Here’s a quality FTSE 100 stock I’d buy and hold for the next decade

This investor plans to increase his holding in one world-class FTSE 100 stock that’s taken a bit of a recent share price dip.

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There aren’t many FTSE 100 stocks I’m more bullish on than Ashtead (LSE: AHT). In fact, I think the equipment rental giant has the best long-term growth prospects around.

It’s interesting to note the share price has dropped 10.7% so far in March, and is now down 21.3% since late 2021.

Here, I’ll explain why I reckon this dip presents a buying opportunity for patient Fools like me.

Equipment for almost anything

Trading under the name Sunbelt Rentals, Ashtead is the UK’s largest plant hire firm. And despite its origins in the Surrey village of Ashtead 77 years ago, it’s now the second largest operator in the US behind United Rentals.

As the company puts it, “our equipment can be used to lift, power, generate, move, dig, compact, drill, support, scrub, pump, direct, heat and ventilate – whatever is required“.

Much of its kit is distinctively bright green and yellow. So it’s hard not to spot it on construction sites, though admittedly I may be scanning these landscapes more than most as a shareholder.

Ashtead also provided the many miles of traffic cones and barriers that we snake our way through on trips, to Covid testing centres during the pandemic.

However, the company’s real opportunity lies in the US rental market, which is seven times larger than the UK’s. This now provides the lion’s share of revenue and also has far superior profit margins.

Operating profit margin (last 12 months)
US29%
Canada15.8%
UK7.4%
Group 26.1%

Hurricanes and Hollywood

So why has the stock been under pressure lately? Well, the third quarter (ended 31 January) was a bit quieter than expected due to fewer floods, wildfires and hurricanes. This, in turn, led to reduced demand for rented equipment used to clear up the aftermath.

Also, its film and TV business had been impacted by the Hollywood actors’ and writers’ strikes. These resulted in significantly less demand for its cameras, rigging and lighting equipment.

As a result, it now sees full-year growth at the lower end of its 11-13% guidance range (around $10.7bn).

Now call me a pessimist, but I reckon the extreme weather will make a return while the strikes are now settled. So I’m focusing instead on the $2trn of government construction spend now underway in the US.

A building bonanza

These mega-projects (defined as more than $400m) include semiconductor and electric vehicle plants, data centres and renewable energy infrastructure. They will obviously involve lots of tools and machinery, which Ashtead’s happy to supply.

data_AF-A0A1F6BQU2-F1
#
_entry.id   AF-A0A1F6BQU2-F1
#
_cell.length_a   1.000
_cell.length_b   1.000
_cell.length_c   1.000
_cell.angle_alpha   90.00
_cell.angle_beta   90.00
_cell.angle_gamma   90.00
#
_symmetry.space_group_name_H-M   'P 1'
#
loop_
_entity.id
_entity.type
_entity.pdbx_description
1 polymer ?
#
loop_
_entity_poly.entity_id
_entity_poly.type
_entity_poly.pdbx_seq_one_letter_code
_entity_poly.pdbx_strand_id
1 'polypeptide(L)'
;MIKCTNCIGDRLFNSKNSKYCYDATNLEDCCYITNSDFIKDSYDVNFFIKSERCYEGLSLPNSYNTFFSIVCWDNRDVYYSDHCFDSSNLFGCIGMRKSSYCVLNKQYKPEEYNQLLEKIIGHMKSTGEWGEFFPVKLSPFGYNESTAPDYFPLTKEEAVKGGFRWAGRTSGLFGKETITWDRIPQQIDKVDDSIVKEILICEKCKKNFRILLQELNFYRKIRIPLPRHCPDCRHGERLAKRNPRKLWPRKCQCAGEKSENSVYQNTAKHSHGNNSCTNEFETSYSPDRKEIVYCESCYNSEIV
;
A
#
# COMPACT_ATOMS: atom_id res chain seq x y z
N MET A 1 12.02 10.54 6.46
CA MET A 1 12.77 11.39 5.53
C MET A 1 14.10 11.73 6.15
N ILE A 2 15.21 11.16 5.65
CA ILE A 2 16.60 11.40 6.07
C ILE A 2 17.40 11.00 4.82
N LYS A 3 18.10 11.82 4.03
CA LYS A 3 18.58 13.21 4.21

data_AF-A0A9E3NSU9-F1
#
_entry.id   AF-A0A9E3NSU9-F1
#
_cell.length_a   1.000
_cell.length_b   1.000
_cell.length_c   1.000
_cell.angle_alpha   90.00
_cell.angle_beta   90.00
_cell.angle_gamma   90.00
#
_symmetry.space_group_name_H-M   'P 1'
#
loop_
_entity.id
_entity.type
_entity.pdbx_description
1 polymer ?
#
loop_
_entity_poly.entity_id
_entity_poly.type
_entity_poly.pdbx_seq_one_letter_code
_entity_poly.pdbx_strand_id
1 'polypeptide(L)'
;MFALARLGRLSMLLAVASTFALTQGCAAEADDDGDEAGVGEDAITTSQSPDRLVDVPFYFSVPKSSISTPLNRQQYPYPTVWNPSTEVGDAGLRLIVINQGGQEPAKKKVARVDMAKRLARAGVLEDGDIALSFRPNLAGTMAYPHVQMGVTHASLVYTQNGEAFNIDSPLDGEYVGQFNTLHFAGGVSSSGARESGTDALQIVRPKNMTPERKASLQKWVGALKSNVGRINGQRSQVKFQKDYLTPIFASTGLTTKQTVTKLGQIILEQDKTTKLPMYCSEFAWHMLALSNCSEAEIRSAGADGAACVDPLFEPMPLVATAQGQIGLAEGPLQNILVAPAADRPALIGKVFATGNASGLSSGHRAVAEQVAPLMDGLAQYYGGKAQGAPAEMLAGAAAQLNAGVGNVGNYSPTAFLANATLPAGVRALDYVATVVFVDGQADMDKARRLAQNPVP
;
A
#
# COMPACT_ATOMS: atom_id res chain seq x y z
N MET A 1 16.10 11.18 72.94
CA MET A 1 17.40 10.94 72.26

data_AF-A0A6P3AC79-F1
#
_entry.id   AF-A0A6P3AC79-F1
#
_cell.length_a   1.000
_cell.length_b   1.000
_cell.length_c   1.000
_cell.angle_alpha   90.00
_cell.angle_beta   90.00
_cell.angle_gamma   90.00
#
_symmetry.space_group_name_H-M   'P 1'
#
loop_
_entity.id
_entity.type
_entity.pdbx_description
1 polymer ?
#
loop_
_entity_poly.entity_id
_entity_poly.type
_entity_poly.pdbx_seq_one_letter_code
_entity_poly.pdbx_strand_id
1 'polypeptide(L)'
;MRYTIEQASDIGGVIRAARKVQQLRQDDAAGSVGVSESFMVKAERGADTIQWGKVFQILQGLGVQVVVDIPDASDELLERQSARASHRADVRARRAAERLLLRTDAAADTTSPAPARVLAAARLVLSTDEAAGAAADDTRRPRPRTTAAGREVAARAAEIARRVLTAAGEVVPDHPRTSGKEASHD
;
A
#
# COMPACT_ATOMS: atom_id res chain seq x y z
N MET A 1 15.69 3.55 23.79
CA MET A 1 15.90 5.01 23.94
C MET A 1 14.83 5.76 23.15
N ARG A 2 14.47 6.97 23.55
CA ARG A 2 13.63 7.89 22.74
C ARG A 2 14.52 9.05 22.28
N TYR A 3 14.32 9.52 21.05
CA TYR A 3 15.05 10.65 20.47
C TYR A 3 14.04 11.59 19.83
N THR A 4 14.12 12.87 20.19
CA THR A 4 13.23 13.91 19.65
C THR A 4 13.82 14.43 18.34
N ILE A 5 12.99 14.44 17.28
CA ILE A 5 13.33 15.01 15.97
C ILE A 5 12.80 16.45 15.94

Indeed, the company expects to double its market share from this building bonanza.

Still, there is risk. The company’s financing costs have been creeping up. This is worth bearing in mind, as is cyclicality in its core construction business, which can cause share price volatility during economic downturns.

That said, the company has been diversifying its operation. For example, it has a fast-growing business renting out commercial floor-cleaning machines. Then there’s its range of golf course maintenance equipment, as well as cabins and toilets for concerts and sporting events.

In total, these non-construction end markets now make up just over half of group revenue.

With the stock trading at a fair 16 times forward earnings, I’m looking to buy the dip here.

Should you invest, the value of your investment may rise or fall and your capital is at risk. Before investing, your individual circumstances should be assessed. Consider taking independent financial advice.

Ben McPoland has positions in Ashtead Group Plc and United Rentals. The Motley Fool UK has no position in any of the shares mentioned. Views expressed on the companies mentioned in this article are those of the writer and therefore may differ from the official recommendations we make in our subscription services such as Share Advisor, Hidden Winners and Pro. Here at The Motley Fool we believe that considering a diverse range of insights makes us better investors.

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